Backstage at KCON 2018 Los Angeles, the annual K-pop convention and festival that attracted more than 94,000 fans last weekend, MOMOLAND proved its antics are no farce. The girls laughed and hugged one another with blankets, JooE doing a tiny dance jig and making an adorable "eye smile" at reporters. It made MOMOLAND one of KCON's best-received performers for the weekend, with the SoCal crowd erupting into cheers when JooE got her chance to let loose during their closing rendition of "Bboom Bboom." It may be moments like these that help change K-pop's too-buttoned-up perception in the West.
Ahead of their first U.S. performance, the members of MOMOLAND open up about having a "more authentic image," their fans around the world, and what’s coming next.
Welcome to Los Angeles, MOMOLAND! What's going through your head right as you get ready to play a huge stage like the Staples Center?
Daisy: We never imagined we'd make it this far. We're here in LA, playing the Staples Center, it's a big venue, we're really nervous, but we're really, really excited — mostly excited. It's just so big for us! [Laughs]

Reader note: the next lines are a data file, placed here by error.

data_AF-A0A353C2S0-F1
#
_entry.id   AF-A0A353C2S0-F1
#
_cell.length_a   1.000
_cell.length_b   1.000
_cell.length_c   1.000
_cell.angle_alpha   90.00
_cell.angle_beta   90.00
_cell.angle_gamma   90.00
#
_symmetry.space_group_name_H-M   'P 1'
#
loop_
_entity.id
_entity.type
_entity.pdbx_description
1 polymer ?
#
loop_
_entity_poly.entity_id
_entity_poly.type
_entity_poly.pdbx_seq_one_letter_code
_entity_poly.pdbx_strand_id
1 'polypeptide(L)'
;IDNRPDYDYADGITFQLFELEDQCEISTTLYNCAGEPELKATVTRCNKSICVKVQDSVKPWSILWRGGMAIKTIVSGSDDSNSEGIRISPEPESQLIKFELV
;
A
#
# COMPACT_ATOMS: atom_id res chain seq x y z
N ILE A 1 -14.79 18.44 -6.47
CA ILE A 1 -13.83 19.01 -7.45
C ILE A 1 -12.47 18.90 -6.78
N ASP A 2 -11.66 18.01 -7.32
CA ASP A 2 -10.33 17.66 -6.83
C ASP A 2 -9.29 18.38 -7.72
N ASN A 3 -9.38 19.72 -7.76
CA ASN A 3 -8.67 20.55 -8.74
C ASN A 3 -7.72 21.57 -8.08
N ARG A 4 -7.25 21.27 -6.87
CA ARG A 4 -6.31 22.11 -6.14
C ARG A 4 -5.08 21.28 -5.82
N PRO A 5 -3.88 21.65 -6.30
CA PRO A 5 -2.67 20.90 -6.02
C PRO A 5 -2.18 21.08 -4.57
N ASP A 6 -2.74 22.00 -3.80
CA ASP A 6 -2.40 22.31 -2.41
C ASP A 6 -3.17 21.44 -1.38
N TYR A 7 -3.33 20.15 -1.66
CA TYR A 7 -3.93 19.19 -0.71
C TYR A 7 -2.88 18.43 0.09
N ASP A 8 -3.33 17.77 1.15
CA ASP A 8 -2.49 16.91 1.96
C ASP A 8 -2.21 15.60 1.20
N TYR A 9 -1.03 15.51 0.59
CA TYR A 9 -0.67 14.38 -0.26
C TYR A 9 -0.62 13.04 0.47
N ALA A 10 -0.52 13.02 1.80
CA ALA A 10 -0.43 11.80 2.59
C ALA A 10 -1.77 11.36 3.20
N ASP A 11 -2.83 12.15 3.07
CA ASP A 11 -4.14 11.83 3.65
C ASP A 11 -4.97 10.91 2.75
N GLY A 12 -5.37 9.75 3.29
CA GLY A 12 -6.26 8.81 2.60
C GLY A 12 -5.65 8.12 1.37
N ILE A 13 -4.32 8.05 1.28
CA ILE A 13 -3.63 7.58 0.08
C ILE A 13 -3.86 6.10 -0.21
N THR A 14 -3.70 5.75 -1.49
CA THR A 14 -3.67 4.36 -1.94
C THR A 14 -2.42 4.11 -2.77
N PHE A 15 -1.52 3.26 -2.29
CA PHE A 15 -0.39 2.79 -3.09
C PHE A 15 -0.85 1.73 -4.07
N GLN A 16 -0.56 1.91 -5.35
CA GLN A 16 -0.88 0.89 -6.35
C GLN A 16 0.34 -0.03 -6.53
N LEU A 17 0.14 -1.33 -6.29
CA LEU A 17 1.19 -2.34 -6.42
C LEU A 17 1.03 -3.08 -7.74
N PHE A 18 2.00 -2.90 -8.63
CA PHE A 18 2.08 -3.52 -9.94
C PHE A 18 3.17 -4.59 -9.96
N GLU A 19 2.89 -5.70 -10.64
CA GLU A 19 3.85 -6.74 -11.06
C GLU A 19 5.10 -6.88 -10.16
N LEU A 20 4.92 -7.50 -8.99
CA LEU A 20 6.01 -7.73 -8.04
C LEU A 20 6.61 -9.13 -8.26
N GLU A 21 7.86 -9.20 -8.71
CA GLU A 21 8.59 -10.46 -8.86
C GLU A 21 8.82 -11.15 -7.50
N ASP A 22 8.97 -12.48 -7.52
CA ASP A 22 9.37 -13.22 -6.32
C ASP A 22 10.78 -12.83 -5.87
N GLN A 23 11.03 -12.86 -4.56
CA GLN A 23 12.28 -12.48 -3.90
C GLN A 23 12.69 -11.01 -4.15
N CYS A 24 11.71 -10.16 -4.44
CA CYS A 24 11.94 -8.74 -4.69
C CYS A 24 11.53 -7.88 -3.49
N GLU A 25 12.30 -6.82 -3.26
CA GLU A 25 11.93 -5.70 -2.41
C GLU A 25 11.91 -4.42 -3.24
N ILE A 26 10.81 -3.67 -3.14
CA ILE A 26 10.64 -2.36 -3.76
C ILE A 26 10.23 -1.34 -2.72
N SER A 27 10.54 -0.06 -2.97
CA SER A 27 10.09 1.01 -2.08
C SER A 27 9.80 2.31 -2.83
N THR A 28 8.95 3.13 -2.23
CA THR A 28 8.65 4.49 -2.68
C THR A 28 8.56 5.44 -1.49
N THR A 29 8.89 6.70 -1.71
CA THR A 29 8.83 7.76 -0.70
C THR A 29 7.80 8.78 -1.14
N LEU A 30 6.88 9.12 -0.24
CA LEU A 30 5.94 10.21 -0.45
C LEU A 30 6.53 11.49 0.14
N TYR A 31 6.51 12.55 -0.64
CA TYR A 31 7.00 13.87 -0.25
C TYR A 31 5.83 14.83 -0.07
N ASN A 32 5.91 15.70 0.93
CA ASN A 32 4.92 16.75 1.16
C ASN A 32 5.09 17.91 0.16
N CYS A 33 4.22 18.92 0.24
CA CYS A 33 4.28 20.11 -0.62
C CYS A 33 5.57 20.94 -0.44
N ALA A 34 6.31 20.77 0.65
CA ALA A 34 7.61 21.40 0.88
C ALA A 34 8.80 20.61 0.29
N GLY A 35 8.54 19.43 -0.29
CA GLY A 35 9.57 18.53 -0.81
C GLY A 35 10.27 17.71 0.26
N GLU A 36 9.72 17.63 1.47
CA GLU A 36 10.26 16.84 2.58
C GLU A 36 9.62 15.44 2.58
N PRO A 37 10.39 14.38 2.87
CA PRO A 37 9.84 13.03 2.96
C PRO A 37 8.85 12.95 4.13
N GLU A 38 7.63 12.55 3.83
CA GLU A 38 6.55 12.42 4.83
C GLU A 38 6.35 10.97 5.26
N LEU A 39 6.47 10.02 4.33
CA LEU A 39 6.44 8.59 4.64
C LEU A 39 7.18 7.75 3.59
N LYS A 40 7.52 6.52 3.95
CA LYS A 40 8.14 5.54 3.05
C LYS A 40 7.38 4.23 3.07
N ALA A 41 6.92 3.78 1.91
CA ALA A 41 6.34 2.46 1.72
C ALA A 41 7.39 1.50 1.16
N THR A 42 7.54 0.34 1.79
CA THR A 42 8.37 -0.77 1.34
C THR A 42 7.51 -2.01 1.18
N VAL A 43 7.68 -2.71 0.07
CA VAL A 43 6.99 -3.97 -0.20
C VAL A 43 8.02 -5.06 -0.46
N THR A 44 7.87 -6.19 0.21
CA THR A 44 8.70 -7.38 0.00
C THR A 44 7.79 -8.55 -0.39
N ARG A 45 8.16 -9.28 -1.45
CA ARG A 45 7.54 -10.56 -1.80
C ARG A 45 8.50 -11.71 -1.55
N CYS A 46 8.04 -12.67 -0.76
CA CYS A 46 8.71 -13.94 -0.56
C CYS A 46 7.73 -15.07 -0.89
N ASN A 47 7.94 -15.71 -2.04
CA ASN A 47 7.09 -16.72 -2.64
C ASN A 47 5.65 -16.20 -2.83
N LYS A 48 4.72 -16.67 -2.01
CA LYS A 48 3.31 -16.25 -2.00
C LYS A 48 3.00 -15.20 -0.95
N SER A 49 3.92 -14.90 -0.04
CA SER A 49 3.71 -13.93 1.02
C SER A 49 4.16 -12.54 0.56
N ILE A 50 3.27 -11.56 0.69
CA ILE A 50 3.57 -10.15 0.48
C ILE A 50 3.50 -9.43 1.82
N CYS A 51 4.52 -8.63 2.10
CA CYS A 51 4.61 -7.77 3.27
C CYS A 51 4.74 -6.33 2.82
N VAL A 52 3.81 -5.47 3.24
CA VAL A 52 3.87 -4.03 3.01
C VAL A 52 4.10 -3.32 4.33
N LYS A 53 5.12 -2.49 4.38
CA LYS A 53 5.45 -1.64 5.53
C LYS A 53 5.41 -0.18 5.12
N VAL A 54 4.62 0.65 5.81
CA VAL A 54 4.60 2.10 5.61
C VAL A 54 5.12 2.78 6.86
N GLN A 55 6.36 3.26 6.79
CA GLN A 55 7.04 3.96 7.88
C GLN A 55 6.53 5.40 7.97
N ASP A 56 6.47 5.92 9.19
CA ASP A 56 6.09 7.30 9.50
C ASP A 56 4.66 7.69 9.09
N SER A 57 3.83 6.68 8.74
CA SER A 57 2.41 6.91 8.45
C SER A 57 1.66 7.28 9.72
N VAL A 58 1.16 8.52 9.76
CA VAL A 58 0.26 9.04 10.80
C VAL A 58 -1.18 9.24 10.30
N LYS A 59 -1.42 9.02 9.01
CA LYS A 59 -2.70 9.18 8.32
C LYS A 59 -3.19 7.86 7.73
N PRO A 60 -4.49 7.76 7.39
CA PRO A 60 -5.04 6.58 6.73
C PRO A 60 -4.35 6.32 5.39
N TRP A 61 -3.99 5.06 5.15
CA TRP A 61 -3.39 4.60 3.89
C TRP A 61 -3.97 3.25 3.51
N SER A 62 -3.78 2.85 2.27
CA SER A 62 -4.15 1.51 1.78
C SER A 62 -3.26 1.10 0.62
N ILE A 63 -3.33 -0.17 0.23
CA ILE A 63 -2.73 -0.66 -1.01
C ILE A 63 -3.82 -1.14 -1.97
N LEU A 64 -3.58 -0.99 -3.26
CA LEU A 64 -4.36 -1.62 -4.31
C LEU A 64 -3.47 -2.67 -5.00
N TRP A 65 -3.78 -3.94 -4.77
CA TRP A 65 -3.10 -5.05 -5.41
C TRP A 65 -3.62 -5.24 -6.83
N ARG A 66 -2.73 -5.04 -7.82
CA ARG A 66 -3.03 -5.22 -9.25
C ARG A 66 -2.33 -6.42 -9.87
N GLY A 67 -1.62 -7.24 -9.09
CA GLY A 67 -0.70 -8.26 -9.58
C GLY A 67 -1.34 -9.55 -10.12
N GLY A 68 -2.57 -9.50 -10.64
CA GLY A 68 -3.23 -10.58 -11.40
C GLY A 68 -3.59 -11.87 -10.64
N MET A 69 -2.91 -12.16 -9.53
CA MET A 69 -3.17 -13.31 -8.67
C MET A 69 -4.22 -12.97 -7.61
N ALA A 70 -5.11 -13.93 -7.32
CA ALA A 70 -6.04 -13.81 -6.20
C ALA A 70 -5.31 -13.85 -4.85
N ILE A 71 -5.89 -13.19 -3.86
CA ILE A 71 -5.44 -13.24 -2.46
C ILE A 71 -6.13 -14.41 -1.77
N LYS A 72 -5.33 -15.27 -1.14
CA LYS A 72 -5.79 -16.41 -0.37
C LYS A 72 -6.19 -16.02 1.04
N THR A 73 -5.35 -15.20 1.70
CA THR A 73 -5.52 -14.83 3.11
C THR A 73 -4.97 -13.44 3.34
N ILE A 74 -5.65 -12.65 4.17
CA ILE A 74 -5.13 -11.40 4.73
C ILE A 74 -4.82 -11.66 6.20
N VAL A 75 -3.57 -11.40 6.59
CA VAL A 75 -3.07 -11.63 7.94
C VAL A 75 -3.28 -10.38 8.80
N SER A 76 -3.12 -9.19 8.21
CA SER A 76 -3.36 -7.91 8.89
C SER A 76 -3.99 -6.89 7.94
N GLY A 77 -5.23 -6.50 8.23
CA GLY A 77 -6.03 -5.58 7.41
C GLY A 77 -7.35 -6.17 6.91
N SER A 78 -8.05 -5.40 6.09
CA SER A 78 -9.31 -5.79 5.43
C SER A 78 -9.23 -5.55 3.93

Ahin: It's a dream come true.
Nancy, you grew up in Ohio. As a fellow Midwest kid, sometimes places like LA can feel so far away. What's going through your head?
Nancy: Actually at first, I only dreamed of performing in my hometown. My dad is in Ohio right now and I call him every single day so I think about Ohio a lot. But the U.S. really is so huge and even if Los Angeles seems far away, I'm so happy we can all be here together.
JooE, you got attention for the wild dancing that led to an endorsement deal with Tropicana and seemed to pave the way for you guys to let loose a bit more in your future music. Were you expecting that kind of reaction?
JooE: Honestly, I didn't know that I would receive so much love for doing something that I like. But the fact that people are able to enjoy something as I was enjoying myself, that gave me a lot of strength and support in that way. So, I actually want to say thank you.
Does she dance all the time like that?
Daisy: It's a regular thing . [Group laughs]
It's something somewhat atypical in the K-pop scene, which is more formal. Do you think showing these sides have helped you break out in the scene?